Now comes the fun part.
ASCE’s new Global Strategy Council represents an exciting pivot between the Society’s international achievements up to now and those to come. The council will put into action several high-level goals set by the Global Strategy Council Task Committee, applying comprehensive plans for achieving each.
“We were becoming global organically, but we didn’t have a plan. We didn’t have a strategy,” said ASCE Past President Randall (Randy) S. Over, P.E., Pres.14.ASCE, who has been instrumental during his time on the Board of Direction in advancing a global strategy. “Now we’re going to start looking at propelling specific opportunities and relationships. Now we go about the business of really being strategic about what opportunities we need to keep pursuing and new ones to start pursuing. It’s right on that cusp of moving between strategy and tactic. That’s what’s so exciting.”
The Board of Direction approved creation of the Global Strategy Council and a supporting Global Staff Council at its July meeting. The councils will work together along with Institutes and ASCE’s Committee on Technical Advancement’s Technical Divisions toward implementing the action statements specified in the Task Committee’s “Steps to Achieve” document. As stated, these include:
• Global Image–Global Voice
ASCE continues to develop its global image as the respected voice for the entire civil engineering profession.
• Global Footprint
ASCE takes a leadership role in global issues.
• Reserve a Seat at the Table
ASCE expands global engineering networks to allow greater opportunities for civil engineers to participate in the solution of global issues, ideally through activities brought to them by ASCE.
• Expand ASCE Products and Services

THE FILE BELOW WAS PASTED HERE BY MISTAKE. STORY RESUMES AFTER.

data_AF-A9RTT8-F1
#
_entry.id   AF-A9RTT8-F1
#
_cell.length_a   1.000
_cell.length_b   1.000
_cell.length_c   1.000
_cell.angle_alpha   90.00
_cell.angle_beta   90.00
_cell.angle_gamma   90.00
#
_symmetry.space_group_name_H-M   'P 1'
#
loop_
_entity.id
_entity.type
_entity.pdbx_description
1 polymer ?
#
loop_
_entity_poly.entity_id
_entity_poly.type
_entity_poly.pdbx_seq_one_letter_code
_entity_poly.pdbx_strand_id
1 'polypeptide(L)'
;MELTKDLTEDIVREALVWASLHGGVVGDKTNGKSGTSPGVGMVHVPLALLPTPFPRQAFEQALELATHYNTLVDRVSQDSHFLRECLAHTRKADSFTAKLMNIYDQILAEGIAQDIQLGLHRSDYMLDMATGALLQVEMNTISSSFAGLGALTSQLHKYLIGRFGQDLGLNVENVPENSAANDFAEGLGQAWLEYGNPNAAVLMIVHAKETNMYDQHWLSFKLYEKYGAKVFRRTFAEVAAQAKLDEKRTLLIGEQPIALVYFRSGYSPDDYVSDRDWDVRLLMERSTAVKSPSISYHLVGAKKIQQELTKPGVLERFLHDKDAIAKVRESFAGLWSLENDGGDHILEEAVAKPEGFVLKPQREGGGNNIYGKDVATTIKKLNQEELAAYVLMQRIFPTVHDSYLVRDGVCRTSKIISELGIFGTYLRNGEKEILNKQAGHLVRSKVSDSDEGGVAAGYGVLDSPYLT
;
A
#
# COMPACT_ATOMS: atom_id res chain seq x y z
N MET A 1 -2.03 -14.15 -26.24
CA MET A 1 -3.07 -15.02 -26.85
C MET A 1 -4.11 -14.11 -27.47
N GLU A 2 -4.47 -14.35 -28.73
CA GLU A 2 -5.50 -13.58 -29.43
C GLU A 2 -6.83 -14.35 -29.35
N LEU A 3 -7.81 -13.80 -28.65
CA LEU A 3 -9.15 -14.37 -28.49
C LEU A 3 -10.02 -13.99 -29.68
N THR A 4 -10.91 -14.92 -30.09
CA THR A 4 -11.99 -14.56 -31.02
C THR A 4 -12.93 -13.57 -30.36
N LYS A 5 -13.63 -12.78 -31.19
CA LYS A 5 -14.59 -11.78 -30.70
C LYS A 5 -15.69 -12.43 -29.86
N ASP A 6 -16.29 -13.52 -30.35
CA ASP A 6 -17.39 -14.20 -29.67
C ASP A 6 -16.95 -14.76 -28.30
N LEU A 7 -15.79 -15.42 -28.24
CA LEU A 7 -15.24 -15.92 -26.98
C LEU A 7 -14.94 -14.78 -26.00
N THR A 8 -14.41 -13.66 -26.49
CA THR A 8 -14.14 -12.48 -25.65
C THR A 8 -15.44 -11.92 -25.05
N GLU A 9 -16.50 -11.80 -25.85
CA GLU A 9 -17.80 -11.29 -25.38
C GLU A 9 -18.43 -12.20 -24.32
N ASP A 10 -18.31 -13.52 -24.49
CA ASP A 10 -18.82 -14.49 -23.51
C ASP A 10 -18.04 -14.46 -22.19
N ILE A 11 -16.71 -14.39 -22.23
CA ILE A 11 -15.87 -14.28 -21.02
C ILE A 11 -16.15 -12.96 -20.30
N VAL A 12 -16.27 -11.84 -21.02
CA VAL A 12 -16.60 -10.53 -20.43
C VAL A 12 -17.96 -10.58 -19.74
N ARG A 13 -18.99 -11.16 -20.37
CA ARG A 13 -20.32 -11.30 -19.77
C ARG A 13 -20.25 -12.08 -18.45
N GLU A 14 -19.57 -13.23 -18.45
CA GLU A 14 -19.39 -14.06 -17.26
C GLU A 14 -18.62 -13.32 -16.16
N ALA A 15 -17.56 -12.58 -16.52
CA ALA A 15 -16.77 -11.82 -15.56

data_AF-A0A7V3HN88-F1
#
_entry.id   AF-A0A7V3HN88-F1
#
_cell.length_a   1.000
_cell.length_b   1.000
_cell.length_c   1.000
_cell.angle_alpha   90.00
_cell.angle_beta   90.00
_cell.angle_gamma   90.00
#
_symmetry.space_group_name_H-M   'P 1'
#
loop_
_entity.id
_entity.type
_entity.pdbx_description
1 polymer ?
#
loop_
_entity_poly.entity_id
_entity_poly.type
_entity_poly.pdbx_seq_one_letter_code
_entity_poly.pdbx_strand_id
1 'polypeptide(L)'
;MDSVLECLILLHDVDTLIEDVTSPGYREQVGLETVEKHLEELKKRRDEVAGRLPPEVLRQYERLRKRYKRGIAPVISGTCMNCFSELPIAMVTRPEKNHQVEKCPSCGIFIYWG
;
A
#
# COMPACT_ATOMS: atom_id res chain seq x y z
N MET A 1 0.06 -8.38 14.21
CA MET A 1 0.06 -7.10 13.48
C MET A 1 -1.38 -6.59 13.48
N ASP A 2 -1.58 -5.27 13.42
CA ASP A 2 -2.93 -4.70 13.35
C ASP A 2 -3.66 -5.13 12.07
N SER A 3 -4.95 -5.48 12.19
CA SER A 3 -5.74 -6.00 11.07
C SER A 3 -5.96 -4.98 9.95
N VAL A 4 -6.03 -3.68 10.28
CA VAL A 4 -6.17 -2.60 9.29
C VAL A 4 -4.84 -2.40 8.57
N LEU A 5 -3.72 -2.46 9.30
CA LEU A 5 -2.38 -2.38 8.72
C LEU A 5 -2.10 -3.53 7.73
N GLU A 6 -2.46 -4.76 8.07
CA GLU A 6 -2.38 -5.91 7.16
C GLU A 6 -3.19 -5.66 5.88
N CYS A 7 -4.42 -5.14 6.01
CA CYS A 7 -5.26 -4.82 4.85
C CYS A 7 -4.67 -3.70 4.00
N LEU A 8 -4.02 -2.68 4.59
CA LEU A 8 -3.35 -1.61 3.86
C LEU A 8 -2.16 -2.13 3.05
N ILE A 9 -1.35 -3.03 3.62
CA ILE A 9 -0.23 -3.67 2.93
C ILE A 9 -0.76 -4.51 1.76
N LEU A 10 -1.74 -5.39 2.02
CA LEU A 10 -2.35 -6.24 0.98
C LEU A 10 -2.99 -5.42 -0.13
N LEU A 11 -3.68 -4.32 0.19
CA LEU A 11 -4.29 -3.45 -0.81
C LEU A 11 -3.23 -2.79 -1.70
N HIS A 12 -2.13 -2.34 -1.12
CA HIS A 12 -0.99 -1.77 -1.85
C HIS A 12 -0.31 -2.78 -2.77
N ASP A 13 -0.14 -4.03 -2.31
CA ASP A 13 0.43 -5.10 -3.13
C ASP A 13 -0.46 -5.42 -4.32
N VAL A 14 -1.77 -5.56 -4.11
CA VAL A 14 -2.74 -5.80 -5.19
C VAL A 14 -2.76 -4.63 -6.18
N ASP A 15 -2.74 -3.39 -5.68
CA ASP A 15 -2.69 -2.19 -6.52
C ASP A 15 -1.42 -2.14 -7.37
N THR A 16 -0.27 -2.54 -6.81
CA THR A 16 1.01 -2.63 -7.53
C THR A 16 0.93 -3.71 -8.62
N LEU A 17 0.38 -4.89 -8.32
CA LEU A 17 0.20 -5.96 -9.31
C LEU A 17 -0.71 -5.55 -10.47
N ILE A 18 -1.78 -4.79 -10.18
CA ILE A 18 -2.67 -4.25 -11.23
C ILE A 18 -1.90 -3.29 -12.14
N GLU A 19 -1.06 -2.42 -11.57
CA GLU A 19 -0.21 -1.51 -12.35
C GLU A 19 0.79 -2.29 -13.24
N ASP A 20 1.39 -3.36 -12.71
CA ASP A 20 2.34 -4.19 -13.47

ASCE provides appropriate extensions and adaptations of ASCE products and services for other countries, in various stages of development, to better disseminate the civil engineering body of knowledge.
ASCE has been working on a global scale for many years. In 66 countries, ASCE has 82 agreements of cooperation with national civil engineering societies and other engineering organizations. ASCE’s International Region 10’s Board of Governors oversees 19 Sections and 15 Groups. The Society has more than 20,000 international members hailing from 177 different countries.
Through the Institutes and Technical Divisions, ASCE organizes and participates in many international conferences. The Environmental & Water Resources Institute has organized eight annual International Perspectives on Water Resources and the Environment conferences in nations including India, Thailand, Singapore, Morocco, Turkey, and Ecuador. The 2016 conference will be held Jan. 4-6, in Colombo, Sri Lanka. Continuing education is another way ASCE is extending its reach, including webinars and online on-demand courses.
“The key now,” Over said, “is growing all of those programs while maximizing their impact. How do we pick what are the most impactful opportunities for us as an organization, for our members? How can we support our members in their global practice of engineering?”
In many ways, all that’s the mandate of the new Global Strategy Council. Among the possibilities are developing new education delivery models, new partnerships with aligned organizations, and expanding the sharing of innovative engineering methods worldwide.
The Executive Committee, during its August teleconference, approved the charge and responsibilities for the Global Strategy Council, as well as the membership upon their acceptance of the appointment. Soon it the GSC will hold an inaugural meeting to begin the work of prioritizing the steps to be taken to engage ASCE entities to bring the Global Strategy to fruition.
“This is where we’re going. Engineering is global,” Over said. “Are we domestic? Are we international? To me, it’s not either-or. It’s and.”